During the storm 3,444 trees fell into city streets. 3,403 limbs fell down and 1,577 branches were left hanging (Foderaro 2012). This reflects a great loss to the city’s green landscape, but that wasn’t the only effect. The salt water that flooded the city during the storm is believed to be the cause of 10,000 dead or declining trees all over New York (Langfield 2015). The city plans to plant more salt tolerant species to replace these trees, which will hopefully save the plants in the future.
One final effect of Hurricane Sandy is how it has impacted the parks in New York City. Three years after the storm, Inwood Hill Nature Center in Manhattan, Taafle Playground in Brooklyn, and Wolfe’s Pond Park in Staten Island all remain closed due to the effects of Hurricane Sandy. As will be mentioned in my blog post about Jamaica Bay, the West Pond loop trail was rendered impassable by the storm and still remains so.
Climate change will cause storms to be even less predictable than they already are and will make them produce even more destruction than previously seen. Hurricane Sandy is a perfect example of what will happen. New York must take up measures to protect its resources from both the rising sea levels and the damage that will be caused by extreme weather events. In the next science blogs I will look at three different measures that could be taken to counteract these effects: barriers, beach nourishment, and retreat.
IPCC, 2013: Summary for Policymakers. In: Climate Change 2013: The Physical Science Basis. Contribution of Working Group I to the Fifth Assessment Report of the Intergovernmental Panel on Climate Change [Stocker, T.F., D. Qin, G.-K. Plattner, M. Tignor, S. K. Allen, J. Boschung, A. Nauels, Y. Xia, V. Bex and P.M. Midgley (eds.)]. Cambridge University Press, Cambridge, United Kingdom and New York, NY, USA.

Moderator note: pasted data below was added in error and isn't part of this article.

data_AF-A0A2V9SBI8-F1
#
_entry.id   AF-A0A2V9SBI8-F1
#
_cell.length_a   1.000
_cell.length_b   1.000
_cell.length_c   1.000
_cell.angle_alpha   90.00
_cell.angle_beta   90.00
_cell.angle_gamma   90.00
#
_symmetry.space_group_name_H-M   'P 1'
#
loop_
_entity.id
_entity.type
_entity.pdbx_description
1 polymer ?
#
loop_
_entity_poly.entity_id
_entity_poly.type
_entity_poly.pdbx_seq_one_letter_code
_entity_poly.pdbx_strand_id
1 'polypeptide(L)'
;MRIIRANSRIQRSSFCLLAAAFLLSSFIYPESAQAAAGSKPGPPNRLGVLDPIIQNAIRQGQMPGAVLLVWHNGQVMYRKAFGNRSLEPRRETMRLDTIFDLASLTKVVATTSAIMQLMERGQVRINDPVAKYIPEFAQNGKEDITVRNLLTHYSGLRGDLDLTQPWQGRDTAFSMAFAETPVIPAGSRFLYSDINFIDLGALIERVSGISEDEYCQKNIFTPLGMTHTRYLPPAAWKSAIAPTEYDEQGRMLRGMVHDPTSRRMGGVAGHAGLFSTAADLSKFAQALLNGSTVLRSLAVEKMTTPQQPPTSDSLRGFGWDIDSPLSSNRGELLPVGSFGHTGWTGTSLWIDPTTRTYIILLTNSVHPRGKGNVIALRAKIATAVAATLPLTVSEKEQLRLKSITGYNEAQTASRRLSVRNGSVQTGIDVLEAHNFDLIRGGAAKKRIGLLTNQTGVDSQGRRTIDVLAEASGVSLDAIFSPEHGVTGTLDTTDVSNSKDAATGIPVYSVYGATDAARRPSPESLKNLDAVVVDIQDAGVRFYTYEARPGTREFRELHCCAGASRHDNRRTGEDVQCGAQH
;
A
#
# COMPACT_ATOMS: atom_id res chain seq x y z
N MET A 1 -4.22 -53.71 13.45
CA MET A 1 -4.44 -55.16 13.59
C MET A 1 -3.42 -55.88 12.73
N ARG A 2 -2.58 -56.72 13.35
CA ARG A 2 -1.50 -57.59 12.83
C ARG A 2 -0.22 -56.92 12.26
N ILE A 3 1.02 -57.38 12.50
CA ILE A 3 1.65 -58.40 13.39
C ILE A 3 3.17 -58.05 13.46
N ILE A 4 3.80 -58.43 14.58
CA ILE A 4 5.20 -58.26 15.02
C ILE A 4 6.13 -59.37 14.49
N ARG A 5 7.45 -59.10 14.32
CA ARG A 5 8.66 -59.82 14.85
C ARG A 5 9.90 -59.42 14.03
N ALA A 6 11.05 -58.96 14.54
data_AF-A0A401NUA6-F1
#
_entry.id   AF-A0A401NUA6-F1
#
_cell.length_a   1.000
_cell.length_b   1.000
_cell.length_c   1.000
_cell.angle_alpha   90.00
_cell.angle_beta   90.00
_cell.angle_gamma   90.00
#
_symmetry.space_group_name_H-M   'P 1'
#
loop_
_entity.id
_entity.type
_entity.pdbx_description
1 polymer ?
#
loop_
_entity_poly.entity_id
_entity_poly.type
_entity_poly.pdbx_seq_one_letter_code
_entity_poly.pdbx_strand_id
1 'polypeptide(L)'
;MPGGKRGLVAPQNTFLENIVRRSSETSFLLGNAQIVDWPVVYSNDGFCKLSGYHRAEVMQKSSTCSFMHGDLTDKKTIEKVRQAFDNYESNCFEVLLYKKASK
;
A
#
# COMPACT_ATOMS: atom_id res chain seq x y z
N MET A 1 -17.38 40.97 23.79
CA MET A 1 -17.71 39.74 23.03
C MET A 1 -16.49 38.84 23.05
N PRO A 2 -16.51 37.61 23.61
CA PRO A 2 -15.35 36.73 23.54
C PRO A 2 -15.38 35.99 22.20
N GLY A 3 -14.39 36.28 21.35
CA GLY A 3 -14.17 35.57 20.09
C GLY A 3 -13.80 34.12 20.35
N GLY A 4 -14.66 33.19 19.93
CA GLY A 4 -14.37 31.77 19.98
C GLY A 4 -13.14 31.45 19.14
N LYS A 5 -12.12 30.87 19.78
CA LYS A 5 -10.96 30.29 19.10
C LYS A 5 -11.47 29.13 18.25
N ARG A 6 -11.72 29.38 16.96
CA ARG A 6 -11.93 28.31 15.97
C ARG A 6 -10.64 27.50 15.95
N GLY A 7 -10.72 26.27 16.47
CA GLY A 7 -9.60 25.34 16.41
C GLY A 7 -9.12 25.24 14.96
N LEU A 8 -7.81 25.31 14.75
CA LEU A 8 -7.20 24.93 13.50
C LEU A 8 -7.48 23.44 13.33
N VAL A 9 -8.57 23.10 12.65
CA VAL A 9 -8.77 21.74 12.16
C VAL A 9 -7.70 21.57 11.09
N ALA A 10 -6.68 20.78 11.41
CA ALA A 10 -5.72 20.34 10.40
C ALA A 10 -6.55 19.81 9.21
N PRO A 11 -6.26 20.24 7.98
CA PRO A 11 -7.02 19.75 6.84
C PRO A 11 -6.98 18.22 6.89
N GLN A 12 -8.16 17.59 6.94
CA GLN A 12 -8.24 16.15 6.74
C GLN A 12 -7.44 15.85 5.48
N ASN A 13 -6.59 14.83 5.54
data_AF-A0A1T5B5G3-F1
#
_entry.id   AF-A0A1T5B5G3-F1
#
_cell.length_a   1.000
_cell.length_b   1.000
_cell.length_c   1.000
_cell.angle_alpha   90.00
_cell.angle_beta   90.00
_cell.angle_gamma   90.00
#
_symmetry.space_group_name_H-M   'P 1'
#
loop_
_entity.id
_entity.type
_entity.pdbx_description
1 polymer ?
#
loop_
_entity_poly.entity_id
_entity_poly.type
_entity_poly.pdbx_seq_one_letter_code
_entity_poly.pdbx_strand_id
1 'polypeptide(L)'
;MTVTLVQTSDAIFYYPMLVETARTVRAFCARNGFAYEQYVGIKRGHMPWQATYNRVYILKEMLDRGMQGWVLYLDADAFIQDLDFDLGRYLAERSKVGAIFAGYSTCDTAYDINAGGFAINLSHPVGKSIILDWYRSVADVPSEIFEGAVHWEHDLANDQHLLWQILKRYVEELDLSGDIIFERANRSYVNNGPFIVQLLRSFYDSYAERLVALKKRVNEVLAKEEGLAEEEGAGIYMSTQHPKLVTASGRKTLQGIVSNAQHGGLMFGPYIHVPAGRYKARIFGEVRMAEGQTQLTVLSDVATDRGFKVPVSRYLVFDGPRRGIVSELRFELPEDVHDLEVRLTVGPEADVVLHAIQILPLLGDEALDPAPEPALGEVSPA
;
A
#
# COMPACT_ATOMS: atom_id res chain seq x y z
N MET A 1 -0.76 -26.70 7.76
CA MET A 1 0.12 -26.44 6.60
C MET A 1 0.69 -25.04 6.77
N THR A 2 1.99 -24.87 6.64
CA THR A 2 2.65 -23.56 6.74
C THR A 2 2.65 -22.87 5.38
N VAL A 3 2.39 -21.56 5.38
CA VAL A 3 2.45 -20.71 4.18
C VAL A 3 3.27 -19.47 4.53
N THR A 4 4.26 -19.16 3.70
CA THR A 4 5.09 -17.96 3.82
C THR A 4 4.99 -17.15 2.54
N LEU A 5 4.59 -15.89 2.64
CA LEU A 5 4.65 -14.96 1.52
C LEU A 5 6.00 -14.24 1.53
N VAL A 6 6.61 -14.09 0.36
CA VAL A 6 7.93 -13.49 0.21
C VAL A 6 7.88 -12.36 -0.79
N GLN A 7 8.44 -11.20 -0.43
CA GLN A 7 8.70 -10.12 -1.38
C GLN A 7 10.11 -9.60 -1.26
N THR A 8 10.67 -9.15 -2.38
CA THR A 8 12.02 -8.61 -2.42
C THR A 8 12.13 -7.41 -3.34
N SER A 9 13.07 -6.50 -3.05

I visited Pelham Bay Park on a chilly February morning. I was excited to kick off my semester long project of exploring parks in the NY area and mad at myself for forgetting a coat. Though I would have loved to wander around the park and explore, I had a mission. The Natural Areas Conservancy, a group devoted to protecting New York City parks, was hosting a walk through the park and I was very interested in hearing what they had to say.
Pelham Bay Park is the largest park in NYC, though not the most well-known. It has lots of opportunities for birding and hiking, two historic mansions, islands, a beach, two golf courses, and 13 miles of shoreline. The park also has the second largest collection of saltmarshes in the city. Pelham Bay Park represents a great resource for New Yorkers who want to enjoy nature. But, with the possible effects of climate change on the mind, I wanted to know what was being done to protect and conserve Pelham Bay for the future.